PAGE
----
On October 15, 2006, about four months after the death of al-Zarqawi, an umbrella network called the Islamic State in Iraq (ISI) was established for Sunni jihadi organizations, dominated by the branch of Al-Qaeda in Iraq established by al-Zarqawi. The network was headed by Abu Omar al-Baghdadi, an Iraqi jihadist operative, whose real name was Hamid Daoud Muhammad Khalil al-Zawi. In 1987, during the Saddam Hussein era, he was expelled from Iraq and joined jihad operatives in Afghanistan who were fighting the Russians. Between 2004 and 2005 he participated in the battles for Fallujah and received a head wound. He later had a senior role in the Al-Qaeda in Iraq leadership, retaining it until he was appointed to head the new umbrella network.
The new umbrella network was composed of Sunni jihadi organizations which had fought the American army in Iraq. It was apparently established because of the blow Al-Qaeda suffered with the death of al-Zarqawi. To reestablish its power, the branch of Al-Qaeda in Iraq joined forces with other organizations with a similar ideology. However, Al-Qaeda in Iraq was the dominant factor in the umbrella network and has continued in that role to this day in ISIS. Among the jihad organizations that joined the network were Majlis Shura al-Mujahideen, Jaish al-Fatihin, Jund al-Sahaba and Katibat Ansar al-Tawhid wal-Sunnah.
The ISI took root mainly in western Iraq, which had a tribal Sunni society (especially in Al-Anbar province, which extends to the Syrian border). The guerilla and terrorist activities the organization carried out after the death of al-Zarqawi peaked in 2006-2007 with many attacks against the United States and the Shi’ite-affiliated Iraqi government. At the same time it began establishing a civilian administration within the Sunni population in the area under its control, as an alternative to the central government.
Between 2008 and 2011 ISI’s power waned. That was mainly because of the American army’s extensive military campaign which began at the beginning of 2007, called the “surge.” The American forces were assisted by Sunni tribesmen in the campaign against the jihadi group, especially in Al-Anbar province, where the tribes despised the brutal practices of Al-Qaeda and the jihadi organizations. The tribesmen, who at the time received large financial incentives from the Americans, organized into groups called “awakening councils” or “awakening groups.”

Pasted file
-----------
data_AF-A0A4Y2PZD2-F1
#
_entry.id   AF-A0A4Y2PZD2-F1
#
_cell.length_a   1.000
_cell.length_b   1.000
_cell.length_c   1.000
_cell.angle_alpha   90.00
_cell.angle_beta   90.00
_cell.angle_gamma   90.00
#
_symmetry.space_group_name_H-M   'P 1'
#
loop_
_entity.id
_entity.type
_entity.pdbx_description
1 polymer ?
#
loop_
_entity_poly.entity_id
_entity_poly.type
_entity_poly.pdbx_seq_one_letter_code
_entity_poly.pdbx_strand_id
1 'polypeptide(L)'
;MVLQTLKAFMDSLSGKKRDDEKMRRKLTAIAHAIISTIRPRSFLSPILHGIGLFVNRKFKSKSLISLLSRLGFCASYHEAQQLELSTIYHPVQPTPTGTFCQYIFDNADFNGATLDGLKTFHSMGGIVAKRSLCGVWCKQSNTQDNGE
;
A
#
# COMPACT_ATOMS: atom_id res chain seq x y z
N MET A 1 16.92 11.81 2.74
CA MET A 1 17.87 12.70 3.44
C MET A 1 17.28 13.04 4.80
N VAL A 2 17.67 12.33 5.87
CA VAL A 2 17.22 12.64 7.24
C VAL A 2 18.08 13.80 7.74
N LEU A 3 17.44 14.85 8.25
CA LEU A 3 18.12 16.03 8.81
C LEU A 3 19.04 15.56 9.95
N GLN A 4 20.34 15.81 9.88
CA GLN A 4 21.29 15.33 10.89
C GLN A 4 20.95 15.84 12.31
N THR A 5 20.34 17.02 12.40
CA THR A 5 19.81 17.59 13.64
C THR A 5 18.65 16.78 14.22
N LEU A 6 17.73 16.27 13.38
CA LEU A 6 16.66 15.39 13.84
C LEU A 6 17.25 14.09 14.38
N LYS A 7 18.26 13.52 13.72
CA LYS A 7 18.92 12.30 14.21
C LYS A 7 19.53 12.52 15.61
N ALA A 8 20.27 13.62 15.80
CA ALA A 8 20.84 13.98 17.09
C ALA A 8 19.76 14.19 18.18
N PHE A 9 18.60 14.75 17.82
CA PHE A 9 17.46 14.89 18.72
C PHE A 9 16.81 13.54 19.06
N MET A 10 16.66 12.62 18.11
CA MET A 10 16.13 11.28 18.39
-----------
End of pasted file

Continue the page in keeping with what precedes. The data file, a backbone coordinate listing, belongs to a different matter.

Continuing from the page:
However, as the date of the American withdrawal from Iraq approached, the amount of aid the councils received decreased and the security situation began to deteriorate. On the other hand, the Shi’ite al-Maliki regime, which became more sectarian, was enforced on the Sunnis. As a result the status of the awakening councils was eroded and the tribal heads, who had ruled under the aegis of the Iraqi administration, lost their status as well. That prepared the ground for the Sunni tribes to join the ranks of ISIS in the campaign against the Iraqi regime when it began some years later.
One of the more conspicuous successes of the American campaign against the jihadi networks in Iraq was the elimination of two prominent ISI figures in April 2010. The Iraqi security forces, in collaboration with the American forces, killed both Abu Omar al-Baghdadi and Abu Hamza al-Muhajir. The leadership of ISI was inherited from Abu Omar al-Baghdadi by a prominent Iraqi jihadist named Abu Bakr al-Baghdadi, who heads ISIS today.
While the military campaign in Iraq was being waged, Abu Musab al-Zarqawi and after him ISI, constructed a covert operational infrastructure in Syria. Its objective was to provide logistic support for the armed jihad campaign in Iraq against the United States and the coalition; the Syrian regime turned a blind eye and did not take effective steps against it. According to the British Quilliam Foundation, Abu Musab al-Zarqawi began constructing the jihadi infrastructure in Syria as early as 2000 by sending a number of jihadists veterans of his operations in Afghanistan, to Syria and Lebanon. They established “guesthouses” in Syria from which they recruited operatives to fight in Iraq.